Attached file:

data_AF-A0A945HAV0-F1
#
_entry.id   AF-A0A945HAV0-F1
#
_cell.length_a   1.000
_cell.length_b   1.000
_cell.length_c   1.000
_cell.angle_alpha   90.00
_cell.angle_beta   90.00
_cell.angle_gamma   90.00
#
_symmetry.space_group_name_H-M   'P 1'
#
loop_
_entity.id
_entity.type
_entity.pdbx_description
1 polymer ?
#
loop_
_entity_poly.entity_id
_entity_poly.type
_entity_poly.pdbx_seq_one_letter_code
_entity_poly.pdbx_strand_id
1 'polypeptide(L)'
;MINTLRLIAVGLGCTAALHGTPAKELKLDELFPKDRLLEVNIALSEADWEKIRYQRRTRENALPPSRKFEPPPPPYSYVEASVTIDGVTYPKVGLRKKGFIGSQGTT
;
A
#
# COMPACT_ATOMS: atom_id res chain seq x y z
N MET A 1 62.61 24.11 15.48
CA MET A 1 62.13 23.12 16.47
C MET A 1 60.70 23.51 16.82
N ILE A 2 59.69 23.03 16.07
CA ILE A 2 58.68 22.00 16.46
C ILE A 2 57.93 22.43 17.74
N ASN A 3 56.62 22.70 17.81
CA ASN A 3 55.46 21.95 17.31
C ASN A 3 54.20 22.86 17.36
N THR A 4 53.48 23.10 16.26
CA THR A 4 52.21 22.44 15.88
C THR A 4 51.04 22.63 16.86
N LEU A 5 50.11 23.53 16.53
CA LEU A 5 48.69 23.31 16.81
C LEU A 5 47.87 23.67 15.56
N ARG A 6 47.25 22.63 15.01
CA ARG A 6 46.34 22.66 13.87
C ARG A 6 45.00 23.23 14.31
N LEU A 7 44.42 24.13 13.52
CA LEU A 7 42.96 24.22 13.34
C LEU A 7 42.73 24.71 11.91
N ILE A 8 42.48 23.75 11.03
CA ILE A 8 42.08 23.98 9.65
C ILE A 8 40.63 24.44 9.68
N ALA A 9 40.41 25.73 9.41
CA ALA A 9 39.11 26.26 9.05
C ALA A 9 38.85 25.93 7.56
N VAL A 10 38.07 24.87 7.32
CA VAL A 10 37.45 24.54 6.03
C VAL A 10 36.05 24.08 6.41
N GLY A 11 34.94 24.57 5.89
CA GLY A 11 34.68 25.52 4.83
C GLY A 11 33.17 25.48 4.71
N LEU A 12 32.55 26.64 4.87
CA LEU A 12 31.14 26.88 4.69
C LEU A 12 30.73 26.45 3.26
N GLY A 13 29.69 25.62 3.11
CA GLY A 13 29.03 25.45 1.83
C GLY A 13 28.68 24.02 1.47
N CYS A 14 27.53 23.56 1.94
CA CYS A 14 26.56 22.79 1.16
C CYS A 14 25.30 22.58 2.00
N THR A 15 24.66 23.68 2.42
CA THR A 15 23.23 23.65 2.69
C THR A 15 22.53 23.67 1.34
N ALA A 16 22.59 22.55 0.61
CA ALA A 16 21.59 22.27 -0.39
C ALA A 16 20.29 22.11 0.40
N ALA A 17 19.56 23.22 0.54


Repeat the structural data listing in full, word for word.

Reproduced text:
data_AF-A0A945HAV0-F1
#
_entry.id   AF-A0A945HAV0-F1
#
_cell.length_a   1.000
_cell.length_b   1.000
_cell.length_c   1.000
_cell.angle_alpha   90.00
_cell.angle_beta   90.00
_cell.angle_gamma   90.00
#
_symmetry.space_group_name_H-M   'P 1'
#
loop_
_entity.id
_entity.type
_entity.pdbx_description
1 polymer ?
#
loop_
_entity_poly.entity_id
_entity_poly.type
_entity_poly.pdbx_seq_one_letter_code
_entity_poly.pdbx_strand_id
1 'polypeptide(L)'
;MINTLRLIAVGLGCTAALHGTPAKELKLDELFPKDRLLEVNIALSEADWEKIRYQRRTRENALPPSRKFEPPPPPYSYVEASVTIDGVTYPKVGLRKKGFIGSQGTT
;
A
#
# COMPACT_ATOMS: atom_id res chain seq x y z
N MET A 1 62.61 24.11 15.48
CA MET A 1 62.13 23.12 16.47
C MET A 1 60.70 23.51 16.82
N ILE A 2 59.69 23.03 16.07
CA ILE A 2 58.68 22.00 16.46
C ILE A 2 57.93 22.43 17.74
N ASN A 3 56.62 22.70 17.81
CA ASN A 3 55.46 21.95 17.31
C ASN A 3 54.20 22.86 17.36
N THR A 4 53.48 23.10 16.26
CA THR A 4 52.21 22.44 15.88
C THR A 4 51.04 22.63 16.86
N LEU A 5 50.11 23.53 16.53
CA LEU A 5 48.69 23.31 16.81
C LEU A 5 47.87 23.67 15.56
N ARG A 6 47.25 22.63 15.01
CA ARG A 6 46.34 22.66 13.87
C ARG A 6 45.00 23.23 14.31
N LEU A 7 44.42 24.13 13.52
CA LEU A 7 42.96 24.22 13.34
C LEU A 7 42.73 24.71 11.91
N ILE A 8 42.48 23.75 11.03
CA ILE A 8 42.08 23.98 9.65
C ILE A 8 40.63 24.44 9.68
N ALA A 9 40.41 25.73 9.41
CA ALA A 9 39.11 26.26 9.05
C ALA A 9 38.85 25.93 7.56
N VAL A 10 38.07 24.87 7.32
CA VAL A 10 37.45 24.54 6.03
C VAL A 10 36.05 24.08 6.41
N GLY A 11 34.94 24.57 5.89
CA GLY A 11 34.68 25.52 4.83
C GLY A 11 33.17 25.48 4.71
N LEU A 12 32.55 26.64 4.87
CA LEU A 12 31.14 26.88 4.69
C LEU A 12 30.73 26.45 3.26
N GLY A 13 29.69 25.62 3.11
CA GLY A 13 29.03 25.45 1.83
C GLY A 13 28.68 24.02 1.47
N CYS A 14 27.53 23.56 1.94
CA CYS A 14 26.56 22.79 1.16
C CYS A 14 25.30 22.58 2.00
N THR A 15 24.66 23.68 2.42
CA THR A 15 23.23 23.65 2.69
C THR A 15 22.53 23.67 1.34
N ALA A 16 22.59 22.55 0.61
CA ALA A 16 21.59 22.27 -0.39
C ALA A 16 20.29 22.11 0.40
N ALA A 17 19.56 23.22 0.54